EU seeds industry: No sense to label products from new breeding techniques

The biotech industry claims no foreign DNA is present in their genes and, thus, they should not be considered GMOs. On the other hand, environmental NGOs call these techniques “hidden GMOs” and therefore should be labeled as such. [IAEA Imagebank/Flickr]

This article is part of our special report Do new plant breeding techniques have a future in Europe?.

Labelling products that result from the so-called new plant breeding techniques would provide little new information and would therefore make no sense for consumers, Garlich von Essen, secretary-general of the European Seeds Association (ESA), told

New plant breeding techniques (NPBTs) focus on developing new seed traits within a given species through genetic engineering. The European Court of Justice (ECJ) is expected soon to decide on whether these techniques would fall under the GM legislation or not.

“Product labelling makes sense only where it gives additional information on the quality or specific characteristics of products. But where products resulting from the latest breeding methods are the same as products resulting from conventional breeding, i.e. are identical as regards their qualities and specific characteristics, such a label would not provide any substantial additional information,” von Essen said.

The biotech industry says no foreign DNA is present in the genes of seeds obtained through NPBT and thus they should not be considered GMOs. On the other hand, environmental NGOs call these techniques “hidden GMOs” and say they should be labelled as such.

Considering that Europe has shut the door to GMOs, the discussion about these techniques has heated up in Brussels ahead of the crucial ECJ ruling.

Von Essen insisted that the legislator introduced labelling requirements for GMO plants only, since these are not only clearly distinguishable from conventional plants by their genetics, but generally require specific additional measures such as post-market monitoring.

He admitted, though, that the debate around plant breeding innovation should be developed and stressed that the seeds industry is working to establish a “reasonable and meaningful information and communication exchange”.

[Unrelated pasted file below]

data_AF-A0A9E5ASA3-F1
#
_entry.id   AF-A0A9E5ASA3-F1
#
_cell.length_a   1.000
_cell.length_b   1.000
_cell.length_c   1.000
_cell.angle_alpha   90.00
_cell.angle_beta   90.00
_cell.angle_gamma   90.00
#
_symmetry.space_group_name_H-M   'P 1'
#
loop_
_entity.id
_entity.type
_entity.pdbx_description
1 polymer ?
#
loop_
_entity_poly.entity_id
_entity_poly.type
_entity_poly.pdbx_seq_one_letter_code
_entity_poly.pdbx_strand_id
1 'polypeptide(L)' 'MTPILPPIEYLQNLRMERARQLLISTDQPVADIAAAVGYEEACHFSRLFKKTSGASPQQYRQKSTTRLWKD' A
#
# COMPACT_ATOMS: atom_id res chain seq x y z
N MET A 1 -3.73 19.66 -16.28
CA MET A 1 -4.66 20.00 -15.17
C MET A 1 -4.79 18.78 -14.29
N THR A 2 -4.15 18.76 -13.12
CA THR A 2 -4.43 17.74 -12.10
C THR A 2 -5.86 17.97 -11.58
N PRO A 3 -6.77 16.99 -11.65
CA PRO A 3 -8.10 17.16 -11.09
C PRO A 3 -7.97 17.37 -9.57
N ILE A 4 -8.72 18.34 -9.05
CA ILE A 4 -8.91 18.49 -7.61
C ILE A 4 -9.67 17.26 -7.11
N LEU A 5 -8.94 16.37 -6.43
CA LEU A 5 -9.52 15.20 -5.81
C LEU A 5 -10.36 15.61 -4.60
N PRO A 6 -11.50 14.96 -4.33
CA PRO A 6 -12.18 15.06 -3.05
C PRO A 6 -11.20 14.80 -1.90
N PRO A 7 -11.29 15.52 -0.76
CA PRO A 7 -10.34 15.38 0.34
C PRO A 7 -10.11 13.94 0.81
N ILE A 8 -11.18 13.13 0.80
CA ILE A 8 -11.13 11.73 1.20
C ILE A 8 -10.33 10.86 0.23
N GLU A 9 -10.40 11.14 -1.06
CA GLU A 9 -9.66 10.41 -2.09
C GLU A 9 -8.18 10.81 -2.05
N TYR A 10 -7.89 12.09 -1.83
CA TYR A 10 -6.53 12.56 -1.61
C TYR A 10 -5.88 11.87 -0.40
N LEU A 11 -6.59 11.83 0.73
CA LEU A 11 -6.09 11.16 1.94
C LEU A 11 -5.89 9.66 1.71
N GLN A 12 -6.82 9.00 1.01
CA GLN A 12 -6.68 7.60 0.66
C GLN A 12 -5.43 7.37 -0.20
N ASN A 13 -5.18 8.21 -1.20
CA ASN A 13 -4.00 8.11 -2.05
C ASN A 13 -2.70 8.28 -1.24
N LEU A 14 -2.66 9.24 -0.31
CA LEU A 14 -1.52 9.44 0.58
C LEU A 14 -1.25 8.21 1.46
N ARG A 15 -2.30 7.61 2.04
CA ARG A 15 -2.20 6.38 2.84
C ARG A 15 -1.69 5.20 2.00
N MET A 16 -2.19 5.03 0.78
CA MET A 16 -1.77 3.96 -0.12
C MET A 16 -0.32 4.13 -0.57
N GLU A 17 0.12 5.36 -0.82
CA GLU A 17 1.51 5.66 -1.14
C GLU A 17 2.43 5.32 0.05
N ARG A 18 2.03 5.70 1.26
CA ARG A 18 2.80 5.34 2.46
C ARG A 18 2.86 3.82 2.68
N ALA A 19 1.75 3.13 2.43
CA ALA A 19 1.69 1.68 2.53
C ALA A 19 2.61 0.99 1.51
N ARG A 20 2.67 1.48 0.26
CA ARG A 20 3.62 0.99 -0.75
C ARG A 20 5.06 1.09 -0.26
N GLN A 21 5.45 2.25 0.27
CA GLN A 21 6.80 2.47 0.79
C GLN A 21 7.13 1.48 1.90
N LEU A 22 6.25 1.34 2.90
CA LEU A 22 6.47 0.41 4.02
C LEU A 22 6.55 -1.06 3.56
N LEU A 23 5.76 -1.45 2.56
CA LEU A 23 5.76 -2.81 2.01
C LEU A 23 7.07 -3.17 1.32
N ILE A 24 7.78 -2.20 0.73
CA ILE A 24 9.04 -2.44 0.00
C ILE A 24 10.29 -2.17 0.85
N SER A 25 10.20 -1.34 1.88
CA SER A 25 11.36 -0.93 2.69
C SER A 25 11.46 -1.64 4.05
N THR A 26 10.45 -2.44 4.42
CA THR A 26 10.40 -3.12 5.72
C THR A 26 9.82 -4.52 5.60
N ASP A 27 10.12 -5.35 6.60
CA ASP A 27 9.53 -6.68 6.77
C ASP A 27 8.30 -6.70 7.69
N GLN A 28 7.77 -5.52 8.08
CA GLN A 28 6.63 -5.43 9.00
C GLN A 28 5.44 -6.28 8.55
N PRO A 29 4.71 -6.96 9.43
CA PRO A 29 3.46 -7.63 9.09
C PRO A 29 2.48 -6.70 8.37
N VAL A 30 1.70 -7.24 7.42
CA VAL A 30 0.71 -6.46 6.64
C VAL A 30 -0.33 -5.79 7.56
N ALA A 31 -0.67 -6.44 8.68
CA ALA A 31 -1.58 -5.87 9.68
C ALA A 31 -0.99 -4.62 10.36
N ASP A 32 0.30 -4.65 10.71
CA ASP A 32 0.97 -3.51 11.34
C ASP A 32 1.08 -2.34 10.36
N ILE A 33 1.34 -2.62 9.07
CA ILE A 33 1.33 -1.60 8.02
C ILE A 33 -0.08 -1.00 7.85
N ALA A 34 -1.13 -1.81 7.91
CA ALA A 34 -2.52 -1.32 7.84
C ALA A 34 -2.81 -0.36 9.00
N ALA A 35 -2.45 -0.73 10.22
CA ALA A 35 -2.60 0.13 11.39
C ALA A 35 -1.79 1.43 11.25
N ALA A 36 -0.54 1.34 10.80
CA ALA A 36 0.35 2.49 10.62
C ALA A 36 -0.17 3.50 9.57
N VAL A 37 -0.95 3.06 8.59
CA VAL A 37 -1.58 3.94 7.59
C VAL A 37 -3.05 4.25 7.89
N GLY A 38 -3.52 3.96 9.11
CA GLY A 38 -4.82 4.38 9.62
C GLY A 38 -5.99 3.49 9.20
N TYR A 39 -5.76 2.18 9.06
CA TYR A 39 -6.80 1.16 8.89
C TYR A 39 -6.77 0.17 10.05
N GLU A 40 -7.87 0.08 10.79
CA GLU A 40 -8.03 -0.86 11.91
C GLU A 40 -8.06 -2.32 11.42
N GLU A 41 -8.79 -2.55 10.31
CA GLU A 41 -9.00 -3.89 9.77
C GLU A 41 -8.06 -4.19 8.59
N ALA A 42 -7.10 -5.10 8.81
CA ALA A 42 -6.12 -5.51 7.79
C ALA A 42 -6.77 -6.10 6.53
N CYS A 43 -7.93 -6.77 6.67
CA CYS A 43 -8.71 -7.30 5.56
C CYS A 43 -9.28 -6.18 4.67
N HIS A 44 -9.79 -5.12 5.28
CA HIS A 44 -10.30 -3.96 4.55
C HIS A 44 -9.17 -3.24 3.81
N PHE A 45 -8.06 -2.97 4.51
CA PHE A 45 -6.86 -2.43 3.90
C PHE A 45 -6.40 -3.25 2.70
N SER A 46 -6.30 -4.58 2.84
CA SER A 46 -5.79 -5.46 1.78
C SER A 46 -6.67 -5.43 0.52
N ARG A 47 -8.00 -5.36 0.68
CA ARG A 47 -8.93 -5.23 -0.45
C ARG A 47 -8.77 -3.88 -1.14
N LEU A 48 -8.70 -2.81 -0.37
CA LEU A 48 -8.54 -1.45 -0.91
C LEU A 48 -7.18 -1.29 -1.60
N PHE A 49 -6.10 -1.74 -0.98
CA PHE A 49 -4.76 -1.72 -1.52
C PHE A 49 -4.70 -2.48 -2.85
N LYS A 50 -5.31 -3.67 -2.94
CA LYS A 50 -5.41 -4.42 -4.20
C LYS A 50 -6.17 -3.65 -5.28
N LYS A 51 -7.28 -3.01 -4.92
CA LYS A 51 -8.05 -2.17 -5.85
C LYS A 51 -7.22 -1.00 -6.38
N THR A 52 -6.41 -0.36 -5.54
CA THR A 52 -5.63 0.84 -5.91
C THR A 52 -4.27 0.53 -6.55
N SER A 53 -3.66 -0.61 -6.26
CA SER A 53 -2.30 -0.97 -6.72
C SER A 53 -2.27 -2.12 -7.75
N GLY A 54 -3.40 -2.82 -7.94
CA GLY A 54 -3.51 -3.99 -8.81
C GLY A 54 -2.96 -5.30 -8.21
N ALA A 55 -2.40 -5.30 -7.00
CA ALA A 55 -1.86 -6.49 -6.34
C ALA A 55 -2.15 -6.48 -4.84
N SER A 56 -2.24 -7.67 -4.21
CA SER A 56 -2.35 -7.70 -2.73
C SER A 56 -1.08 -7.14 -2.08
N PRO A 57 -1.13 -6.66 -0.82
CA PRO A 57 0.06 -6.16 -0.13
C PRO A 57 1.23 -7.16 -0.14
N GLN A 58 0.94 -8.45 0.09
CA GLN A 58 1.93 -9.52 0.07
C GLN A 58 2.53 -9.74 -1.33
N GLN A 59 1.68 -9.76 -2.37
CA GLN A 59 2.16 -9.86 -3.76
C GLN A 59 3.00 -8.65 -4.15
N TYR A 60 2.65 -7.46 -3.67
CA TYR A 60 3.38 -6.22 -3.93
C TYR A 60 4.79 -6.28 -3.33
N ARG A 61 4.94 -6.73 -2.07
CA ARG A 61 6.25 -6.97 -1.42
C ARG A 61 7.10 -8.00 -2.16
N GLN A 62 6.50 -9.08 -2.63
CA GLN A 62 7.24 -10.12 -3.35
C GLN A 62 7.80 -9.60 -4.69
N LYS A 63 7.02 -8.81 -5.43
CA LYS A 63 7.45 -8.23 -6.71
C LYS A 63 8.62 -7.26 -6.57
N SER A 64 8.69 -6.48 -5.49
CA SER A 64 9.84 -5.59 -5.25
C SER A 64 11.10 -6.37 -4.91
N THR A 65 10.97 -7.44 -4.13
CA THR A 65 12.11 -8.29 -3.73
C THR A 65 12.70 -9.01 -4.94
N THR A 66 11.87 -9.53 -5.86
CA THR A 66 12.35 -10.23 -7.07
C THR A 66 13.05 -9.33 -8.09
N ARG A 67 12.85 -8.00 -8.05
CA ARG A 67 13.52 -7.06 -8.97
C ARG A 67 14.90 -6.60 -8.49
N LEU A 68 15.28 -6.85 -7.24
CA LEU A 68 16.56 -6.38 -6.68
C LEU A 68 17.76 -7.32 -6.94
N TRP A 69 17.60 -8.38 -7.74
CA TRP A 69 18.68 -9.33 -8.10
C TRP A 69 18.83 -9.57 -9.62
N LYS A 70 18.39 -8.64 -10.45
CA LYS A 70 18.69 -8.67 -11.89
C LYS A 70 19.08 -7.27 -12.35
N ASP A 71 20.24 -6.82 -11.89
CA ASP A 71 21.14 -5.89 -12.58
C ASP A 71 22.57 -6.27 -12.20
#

The US recently said it has no plans to regulate plants that could otherwise have been developed through traditional breeding techniques “as long as they are not plant pests or developed using plant pests”.

In the rest of the world, some South American countries have adapted their legislation to the latest developments in plant breeding.

Argentina has legislation in place while Brazil, Colombia and Chile are in the process of establishing it.

According to ESA, these countries are following Argentina’s example, which basically means that they use a case by case or, more precisely, a category-by-category approach.

“They generally follow the principle that products that could have also been produced by conventional breeding methods or occur naturally, e.g. mutagenesis techniques or allele replacement by cis-genesis are not subject to GM regulations,” ESA said.

On the other hand, Nina Holland of the Corporate Europe Observatory (CEO) noted that without labelling, consumers but also plant breeders, farmers and food processors were losing their ability to make well-informed decisions about the products they use.

She said that the Dutch Parliament has adopted a resolution calling for continued labelling of products of new techniques, even if they get to the market without safety checks.

“But as the Trans Atlantic Consumer Dialogue (TACD) has argued in its statement on the topic, safety checks must be in place to assess the risks to the environment, human health and animal welfare before products derived from these new techniques are placed on the market or released into the environment. Otherwise, the integrity of, and trust in, the EU food chain will be further at risk.”